This Challenge hit close to my soul. I actually wrote it about my parents and in particular about a door that my father made. The special thing about that door was my father was dying of cancer. He was easily fatigued. Of all the things he could have done with his last days, he spent them putting a door next to my Mother's side of the bed so that if ever there was a fire, she had a way out. My mother is disabled by multiple sclerosis and my father was painfully aware that his passing was going to leave her behind without him to assist her in her day-to-day life. That door was his final act of love for my mother.
The story for the Inside Jokes Challenge was more like a guilty confession from our childhood. The funny thing is, when we actually told this to our Mom, she barely remembered those ash trays. I can still see them to this day, that is how strong our worry. And to think I've carried this secret for more than 40 years before confessing!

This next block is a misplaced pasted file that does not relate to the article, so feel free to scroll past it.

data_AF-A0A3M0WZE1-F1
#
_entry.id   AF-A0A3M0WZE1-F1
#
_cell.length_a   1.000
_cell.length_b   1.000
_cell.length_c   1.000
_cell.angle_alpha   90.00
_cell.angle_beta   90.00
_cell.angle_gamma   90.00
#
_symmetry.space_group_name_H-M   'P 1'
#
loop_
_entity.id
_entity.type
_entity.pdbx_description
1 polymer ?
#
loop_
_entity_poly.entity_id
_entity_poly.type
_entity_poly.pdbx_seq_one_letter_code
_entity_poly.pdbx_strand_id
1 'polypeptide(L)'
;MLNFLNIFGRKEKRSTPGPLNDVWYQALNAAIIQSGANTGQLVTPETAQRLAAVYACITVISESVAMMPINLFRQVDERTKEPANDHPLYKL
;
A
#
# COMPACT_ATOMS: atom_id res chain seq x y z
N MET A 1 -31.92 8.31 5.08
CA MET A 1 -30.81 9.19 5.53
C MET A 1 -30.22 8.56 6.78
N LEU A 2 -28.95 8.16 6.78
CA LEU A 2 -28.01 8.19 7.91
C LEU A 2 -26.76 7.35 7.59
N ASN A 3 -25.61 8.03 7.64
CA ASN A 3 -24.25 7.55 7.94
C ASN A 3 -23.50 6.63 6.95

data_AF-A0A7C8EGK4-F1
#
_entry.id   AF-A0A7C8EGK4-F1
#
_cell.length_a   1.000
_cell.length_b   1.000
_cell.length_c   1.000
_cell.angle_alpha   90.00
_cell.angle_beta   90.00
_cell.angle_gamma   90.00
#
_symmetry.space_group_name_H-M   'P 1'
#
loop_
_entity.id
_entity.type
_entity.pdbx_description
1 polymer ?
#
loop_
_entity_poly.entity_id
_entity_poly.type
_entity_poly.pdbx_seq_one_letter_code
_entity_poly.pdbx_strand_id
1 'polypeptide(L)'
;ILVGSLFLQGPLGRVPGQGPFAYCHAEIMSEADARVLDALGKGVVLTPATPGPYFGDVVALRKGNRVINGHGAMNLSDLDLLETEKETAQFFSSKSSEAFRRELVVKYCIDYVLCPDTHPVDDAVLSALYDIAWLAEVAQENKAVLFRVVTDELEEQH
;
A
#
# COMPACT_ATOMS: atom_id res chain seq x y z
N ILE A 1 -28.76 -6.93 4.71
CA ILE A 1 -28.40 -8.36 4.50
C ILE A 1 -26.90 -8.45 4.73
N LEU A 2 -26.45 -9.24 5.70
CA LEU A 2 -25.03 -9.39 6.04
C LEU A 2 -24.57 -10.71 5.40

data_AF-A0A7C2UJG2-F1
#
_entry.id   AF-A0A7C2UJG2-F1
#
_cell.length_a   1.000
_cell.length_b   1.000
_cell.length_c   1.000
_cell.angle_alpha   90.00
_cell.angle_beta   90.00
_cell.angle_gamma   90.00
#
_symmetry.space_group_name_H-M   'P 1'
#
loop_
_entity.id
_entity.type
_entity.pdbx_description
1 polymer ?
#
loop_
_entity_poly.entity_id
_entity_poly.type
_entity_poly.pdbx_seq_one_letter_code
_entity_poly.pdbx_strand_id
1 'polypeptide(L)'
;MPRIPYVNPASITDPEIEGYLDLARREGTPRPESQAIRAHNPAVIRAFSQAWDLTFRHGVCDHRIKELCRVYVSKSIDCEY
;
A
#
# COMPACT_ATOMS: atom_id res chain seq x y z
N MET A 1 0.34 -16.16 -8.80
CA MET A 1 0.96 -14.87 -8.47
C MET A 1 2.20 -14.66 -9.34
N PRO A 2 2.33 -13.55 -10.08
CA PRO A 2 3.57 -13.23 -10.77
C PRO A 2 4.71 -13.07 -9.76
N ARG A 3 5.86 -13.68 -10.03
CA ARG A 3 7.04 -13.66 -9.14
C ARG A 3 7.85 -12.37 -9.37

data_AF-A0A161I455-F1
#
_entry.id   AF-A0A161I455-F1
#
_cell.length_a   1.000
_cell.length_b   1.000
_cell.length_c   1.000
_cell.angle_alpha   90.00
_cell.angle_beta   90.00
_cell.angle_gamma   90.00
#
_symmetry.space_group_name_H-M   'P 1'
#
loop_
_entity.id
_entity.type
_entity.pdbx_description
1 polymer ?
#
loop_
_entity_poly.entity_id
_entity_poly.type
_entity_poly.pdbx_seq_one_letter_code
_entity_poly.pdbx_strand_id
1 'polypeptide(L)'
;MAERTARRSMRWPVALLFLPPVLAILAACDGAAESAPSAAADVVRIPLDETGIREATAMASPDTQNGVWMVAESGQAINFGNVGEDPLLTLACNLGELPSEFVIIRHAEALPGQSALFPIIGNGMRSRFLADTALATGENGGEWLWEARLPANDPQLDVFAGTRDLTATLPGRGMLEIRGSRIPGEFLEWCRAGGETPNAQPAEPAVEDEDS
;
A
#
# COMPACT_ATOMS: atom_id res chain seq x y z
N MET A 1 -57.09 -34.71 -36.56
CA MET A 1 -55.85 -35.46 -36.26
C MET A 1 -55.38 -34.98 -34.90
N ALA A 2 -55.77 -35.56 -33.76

I had to do this Challenge because my little buddy is aging out on me. He can't begin to know how much he has meant to my life. I don't know that I even expressed it all adequately. As I am watching him in his final years, it tears my heart to know that he won't be with me much longer. I'm glad I wrote this piece so memories of him can live on and that others can know what a great little guy he is.
I had a lot of fun with my Foggy Waters Challenge. When we lived in New Orleans for three years, you heard a lot of tales about the Rugarou and Marie Laveau and Voodoo, so I stirred it all up and came up with my entry for this challenge.